As anyone who has worked overtime to complete a project or stayed up through the night tending to a sick child can attest, lack of sleep affects just about everything - from well-being and personal relationships to job performance and alertness. And recent studies suggest that the repercussions of too little sleep aren't only personal: According to the National Highway Traffic Safety Administration, drowsy drivers caused roughly 100,000 crashes on our nation's highways in 1998. Likewise, accidents attributed to sleep-deprived workers cost the federal government and private businesses billions of dollars each year in workmen's compensation.
Getting a good night's sleep isn't something to just dream about, though. You also can't afford to ignore snoring. As our common sense tips show, a little planning and discipline are all that's needed to get eight hours of restorative zzz's.
Make it a priority to get eight hours of sleep a night. Establish a fairly consistent sleep schedule and stick to it - that way you are tired and ready to sleep come bedtime.
Say no to coffee, tea, colas, and chocolate, all of which contain the stimulant caffeine, for at least four hours prior to turning in.
Avoid alcoholic beverages. A late-night toddy may make you drowsy, but it will ultimately compromise the quality of deep sleep. Dehydration, headaches, and frequent urination are common side effects that can contribute to a night of less-than-restful sleep.
Exercise early in the day. Working out before bedtime will energize your body, making it difficult to fall asleep.
Review current medications with your doctor or pharmacist to determine if insomnia is a side effect.
Take a bath or stretch to soothe tired muscles and relieve stress.
Keep a journal. Writing down your concerns and thoughts before retiring can help to reduce anxiety and put the problems of the day in perspective.
Turn off all lights and draw curtains or shades. If it is impossible to eliminate outside light, consider wearing a sleep mask.
Minimize noise. If your neighborhood is particularly noisy, invest in foam earplugs (available at drug stores) or a fan, the whir of which should drown out more persistent sounds.
Keep your bedroom cool. Between 60 [degrees] and 65 [degrees] F is considered ideal, according to the nonprofit Better Sleep Council.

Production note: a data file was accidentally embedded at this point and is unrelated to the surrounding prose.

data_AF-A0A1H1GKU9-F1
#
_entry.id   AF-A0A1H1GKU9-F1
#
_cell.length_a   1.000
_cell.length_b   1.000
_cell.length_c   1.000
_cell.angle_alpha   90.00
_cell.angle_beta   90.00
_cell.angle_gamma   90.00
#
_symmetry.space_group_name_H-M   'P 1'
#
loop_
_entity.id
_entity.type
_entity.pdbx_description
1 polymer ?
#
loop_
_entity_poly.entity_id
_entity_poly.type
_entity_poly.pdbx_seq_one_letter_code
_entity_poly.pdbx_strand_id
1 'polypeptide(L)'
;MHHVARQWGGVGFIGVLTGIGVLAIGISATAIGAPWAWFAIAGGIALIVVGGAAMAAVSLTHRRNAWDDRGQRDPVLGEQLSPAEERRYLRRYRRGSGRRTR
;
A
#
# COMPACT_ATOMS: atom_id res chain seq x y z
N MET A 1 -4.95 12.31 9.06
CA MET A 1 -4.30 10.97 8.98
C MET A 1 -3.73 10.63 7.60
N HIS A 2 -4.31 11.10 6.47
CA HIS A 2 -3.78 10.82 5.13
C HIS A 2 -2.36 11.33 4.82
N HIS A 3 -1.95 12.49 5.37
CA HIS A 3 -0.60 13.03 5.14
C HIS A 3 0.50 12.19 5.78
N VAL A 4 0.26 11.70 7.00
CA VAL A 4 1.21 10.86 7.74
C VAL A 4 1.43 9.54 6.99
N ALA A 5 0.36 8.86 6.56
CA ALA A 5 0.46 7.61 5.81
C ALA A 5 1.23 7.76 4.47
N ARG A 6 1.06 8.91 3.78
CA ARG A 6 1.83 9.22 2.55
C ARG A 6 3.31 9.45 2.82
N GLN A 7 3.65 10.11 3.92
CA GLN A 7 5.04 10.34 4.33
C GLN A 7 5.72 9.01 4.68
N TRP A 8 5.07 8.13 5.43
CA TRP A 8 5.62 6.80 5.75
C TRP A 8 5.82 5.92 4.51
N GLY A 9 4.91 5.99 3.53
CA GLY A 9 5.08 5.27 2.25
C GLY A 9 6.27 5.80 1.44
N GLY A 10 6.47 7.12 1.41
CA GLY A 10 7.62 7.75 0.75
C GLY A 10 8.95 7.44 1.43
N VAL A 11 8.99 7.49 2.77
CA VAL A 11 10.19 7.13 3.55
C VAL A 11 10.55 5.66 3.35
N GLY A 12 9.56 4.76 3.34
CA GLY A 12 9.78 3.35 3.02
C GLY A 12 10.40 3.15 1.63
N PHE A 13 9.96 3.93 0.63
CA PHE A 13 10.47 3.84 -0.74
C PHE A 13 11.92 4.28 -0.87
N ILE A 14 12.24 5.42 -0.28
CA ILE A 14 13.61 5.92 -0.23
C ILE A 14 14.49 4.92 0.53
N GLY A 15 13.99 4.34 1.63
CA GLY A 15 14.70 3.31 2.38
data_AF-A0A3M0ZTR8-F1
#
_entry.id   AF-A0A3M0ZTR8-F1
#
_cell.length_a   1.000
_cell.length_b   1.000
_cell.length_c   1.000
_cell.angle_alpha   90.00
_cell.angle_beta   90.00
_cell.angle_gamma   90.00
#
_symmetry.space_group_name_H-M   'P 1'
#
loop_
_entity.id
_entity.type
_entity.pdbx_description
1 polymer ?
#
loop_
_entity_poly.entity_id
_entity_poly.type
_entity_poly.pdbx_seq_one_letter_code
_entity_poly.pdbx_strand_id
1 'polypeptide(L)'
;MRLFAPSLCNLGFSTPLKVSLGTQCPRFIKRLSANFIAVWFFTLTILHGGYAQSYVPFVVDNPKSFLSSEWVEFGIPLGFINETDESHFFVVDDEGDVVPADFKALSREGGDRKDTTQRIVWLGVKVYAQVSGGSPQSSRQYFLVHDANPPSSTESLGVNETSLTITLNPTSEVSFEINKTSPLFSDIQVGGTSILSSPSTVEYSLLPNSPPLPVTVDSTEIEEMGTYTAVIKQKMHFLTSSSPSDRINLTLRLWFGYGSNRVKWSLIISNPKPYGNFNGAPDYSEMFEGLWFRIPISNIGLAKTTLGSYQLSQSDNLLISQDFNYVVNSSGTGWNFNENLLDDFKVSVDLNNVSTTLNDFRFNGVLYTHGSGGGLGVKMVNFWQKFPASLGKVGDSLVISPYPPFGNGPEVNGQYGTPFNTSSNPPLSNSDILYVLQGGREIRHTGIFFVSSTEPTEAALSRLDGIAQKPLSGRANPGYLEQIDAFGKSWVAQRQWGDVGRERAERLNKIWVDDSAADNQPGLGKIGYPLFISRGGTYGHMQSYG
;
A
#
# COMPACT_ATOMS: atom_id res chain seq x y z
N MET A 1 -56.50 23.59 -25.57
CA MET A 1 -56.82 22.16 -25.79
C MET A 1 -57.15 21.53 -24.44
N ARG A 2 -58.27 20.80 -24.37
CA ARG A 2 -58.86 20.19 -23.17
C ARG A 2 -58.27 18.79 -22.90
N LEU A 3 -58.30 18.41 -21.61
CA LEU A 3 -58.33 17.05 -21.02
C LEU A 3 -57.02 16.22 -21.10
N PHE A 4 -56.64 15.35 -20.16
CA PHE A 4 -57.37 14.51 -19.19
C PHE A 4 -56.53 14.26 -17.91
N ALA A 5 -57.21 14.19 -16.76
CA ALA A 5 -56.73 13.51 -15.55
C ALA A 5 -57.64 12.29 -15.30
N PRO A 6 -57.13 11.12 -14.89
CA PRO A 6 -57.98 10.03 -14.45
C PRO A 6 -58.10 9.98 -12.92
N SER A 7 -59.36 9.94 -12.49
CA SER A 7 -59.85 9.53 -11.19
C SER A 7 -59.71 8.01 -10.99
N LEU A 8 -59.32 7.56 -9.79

Make sure your mattress is comfortable and offers adequate support for your body. If you frequently wake up experiencing aches and pains, it's time to consider purchasing a new mattress (see "Mattress Matters," above, for details).
Good luck and good night!
Are You Getting Enough?
"Most of us need eight hours of sound sleep to function at our best, and good health demands good sleep," says Thomas Roth, Ph.D., the director of the Sleep Disorders Research Center at Henry Ford Hospital, in Detroit, in Detroit. "People have no idea how important sleep is to their lives," he adds. According to the National Sleep Foundation, a Washington, D.C.-based nonprofit, Americans on average sleep about seven hours a night. Nearly a third of us, however, sleep six hours or less during the workweek.
Getting the Rest You Need
At the sleep disorder clinic at Good Samaritan Medical Center, in West Palm Beach, Fla., co-director Dr. Allen Rosen recommends that patients experiencing insomnia make sure they keep to a regular sleep schedule and only hit the sack when truly tired. Patients at the clinic are cautioned to avoid eating, paying bills, listening to the radio, or watching TV in bed so that they will come to associate their beds with sleep. Dr. Rosen also encourages the individuals he treats to try deep-breathing exercises or listening to relaxation tapes (available at most bookstores) to unwind before turning in. Patients at the clinic who find sleep elusive are also told to turn their clocks so that the dial faces the wall. "There's nothing worse than watching the clock ticking and worrying that you're not getting enough sleep," says Dr. Rosen.
Although we spend roughly a third of our lives in bed, few of us give our mattresses adequate attention. Jim Ruehlmann, of the mattress manufacturer Sealy, offers the following advice:
* Replace mattresses and box springs every seven to 10 years.
* Buy the best mattress you can afford and make certain that the coil count is at least 300.
* If you're part of a couple, always shop for a new mattress together.
* To prolong the life of your bed and even out wear, use a mattress pad and rotate your mattress every few months (turn it upside down, then top to bottom).
* Keep your mattress clean by vacuuming it regularly